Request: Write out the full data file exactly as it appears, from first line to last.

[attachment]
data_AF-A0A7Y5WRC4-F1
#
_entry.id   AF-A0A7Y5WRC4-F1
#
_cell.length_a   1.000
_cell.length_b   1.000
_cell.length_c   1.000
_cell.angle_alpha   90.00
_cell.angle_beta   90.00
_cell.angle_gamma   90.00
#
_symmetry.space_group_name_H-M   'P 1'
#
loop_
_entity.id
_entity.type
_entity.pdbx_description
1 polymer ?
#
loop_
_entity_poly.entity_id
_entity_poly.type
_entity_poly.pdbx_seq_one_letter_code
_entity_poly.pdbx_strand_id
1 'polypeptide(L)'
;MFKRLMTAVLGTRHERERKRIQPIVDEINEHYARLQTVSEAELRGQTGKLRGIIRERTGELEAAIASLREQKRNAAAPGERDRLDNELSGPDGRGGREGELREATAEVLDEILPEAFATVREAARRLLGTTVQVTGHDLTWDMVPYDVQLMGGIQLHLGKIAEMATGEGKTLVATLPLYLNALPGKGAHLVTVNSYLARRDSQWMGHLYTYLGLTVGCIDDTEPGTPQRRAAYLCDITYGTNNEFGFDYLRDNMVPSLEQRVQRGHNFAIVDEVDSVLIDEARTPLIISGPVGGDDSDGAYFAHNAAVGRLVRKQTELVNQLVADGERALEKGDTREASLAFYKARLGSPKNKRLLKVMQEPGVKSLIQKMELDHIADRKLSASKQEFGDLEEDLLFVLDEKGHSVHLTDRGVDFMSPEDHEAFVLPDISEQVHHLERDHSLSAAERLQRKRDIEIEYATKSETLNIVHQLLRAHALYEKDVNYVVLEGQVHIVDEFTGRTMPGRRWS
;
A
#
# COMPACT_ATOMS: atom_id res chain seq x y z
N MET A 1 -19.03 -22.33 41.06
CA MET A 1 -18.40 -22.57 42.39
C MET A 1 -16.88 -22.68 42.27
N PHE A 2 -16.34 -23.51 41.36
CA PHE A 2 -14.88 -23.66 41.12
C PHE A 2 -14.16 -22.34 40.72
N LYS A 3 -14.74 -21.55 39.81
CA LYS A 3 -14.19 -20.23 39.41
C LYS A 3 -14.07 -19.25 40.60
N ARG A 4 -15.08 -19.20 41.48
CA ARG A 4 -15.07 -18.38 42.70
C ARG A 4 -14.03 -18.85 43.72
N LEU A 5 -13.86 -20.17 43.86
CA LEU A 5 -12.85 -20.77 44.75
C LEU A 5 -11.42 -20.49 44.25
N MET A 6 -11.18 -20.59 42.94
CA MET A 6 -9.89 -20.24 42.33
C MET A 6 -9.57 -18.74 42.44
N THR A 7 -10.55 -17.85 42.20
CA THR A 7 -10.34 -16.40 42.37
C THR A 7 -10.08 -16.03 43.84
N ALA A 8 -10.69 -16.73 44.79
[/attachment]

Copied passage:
data_AF-A0A7Y5WRC4-F1
#
_entry.id   AF-A0A7Y5WRC4-F1
#
_cell.length_a   1.000
_cell.length_b   1.000
_cell.length_c   1.000
_cell.angle_alpha   90.00
_cell.angle_beta   90.00
_cell.angle_gamma   90.00
#
_symmetry.space_group_name_H-M   'P 1'
#
loop_
_entity.id
_entity.type
_entity.pdbx_description
1 polymer ?
#
loop_
_entity_poly.entity_id
_entity_poly.type
_entity_poly.pdbx_seq_one_letter_code
_entity_poly.pdbx_strand_id
1 'polypeptide(L)'
;MFKRLMTAVLGTRHERERKRIQPIVDEINEHYARLQTVSEAELRGQTGKLRGIIRERTGELEAAIASLREQKRNAAAPGERDRLDNELSGPDGRGGREGELREATAEVLDEILPEAFATVREAARRLLGTTVQVTGHDLTWDMVPYDVQLMGGIQLHLGKIAEMATGEGKTLVATLPLYLNALPGKGAHLVTVNSYLARRDSQWMGHLYTYLGLTVGCIDDTEPGTPQRRAAYLCDITYGTNNEFGFDYLRDNMVPSLEQRVQRGHNFAIVDEVDSVLIDEARTPLIISGPVGGDDSDGAYFAHNAAVGRLVRKQTELVNQLVADGERALEKGDTREASLAFYKARLGSPKNKRLLKVMQEPGVKSLIQKMELDHIADRKLSASKQEFGDLEEDLLFVLDEKGHSVHLTDRGVDFMSPEDHEAFVLPDISEQVHHLERDHSLSAAERLQRKRDIEIEYATKSETLNIVHQLLRAHALYEKDVNYVVLEGQVHIVDEFTGRTMPGRRWS
;
A
#
# COMPACT_ATOMS: atom_id res chain seq x y z
N MET A 1 -19.03 -22.33 41.06
CA MET A 1 -18.40 -22.57 42.39
C MET A 1 -16.88 -22.68 42.27
N PHE A 2 -16.34 -23.51 41.36
CA PHE A 2 -14.88 -23.66 41.12
C PHE A 2 -14.16 -22.34 40.72
N LYS A 3 -14.74 -21.55 39.81
CA LYS A 3 -14.19 -20.23 39.41
C LYS A 3 -14.07 -19.25 40.60
N ARG A 4 -15.08 -19.20 41.48
CA ARG A 4 -15.07 -18.38 42.70
C ARG A 4 -14.03 -18.85 43.72
N LEU A 5 -13.86 -20.17 43.86
CA LEU A 5 -12.85 -20.77 44.75
C LEU A 5 -11.42 -20.49 44.25
N MET A 6 -11.18 -20.59 42.94
CA MET A 6 -9.89 -20.24 42.33
C MET A 6 -9.57 -18.74 42.44
N THR A 7 -10.55 -17.85 42.20
CA THR A 7 -10.34 -16.40 42.37
C THR A 7 -10.08 -16.03 43.84
N ALA A 8 -10.69 -16.73 44.79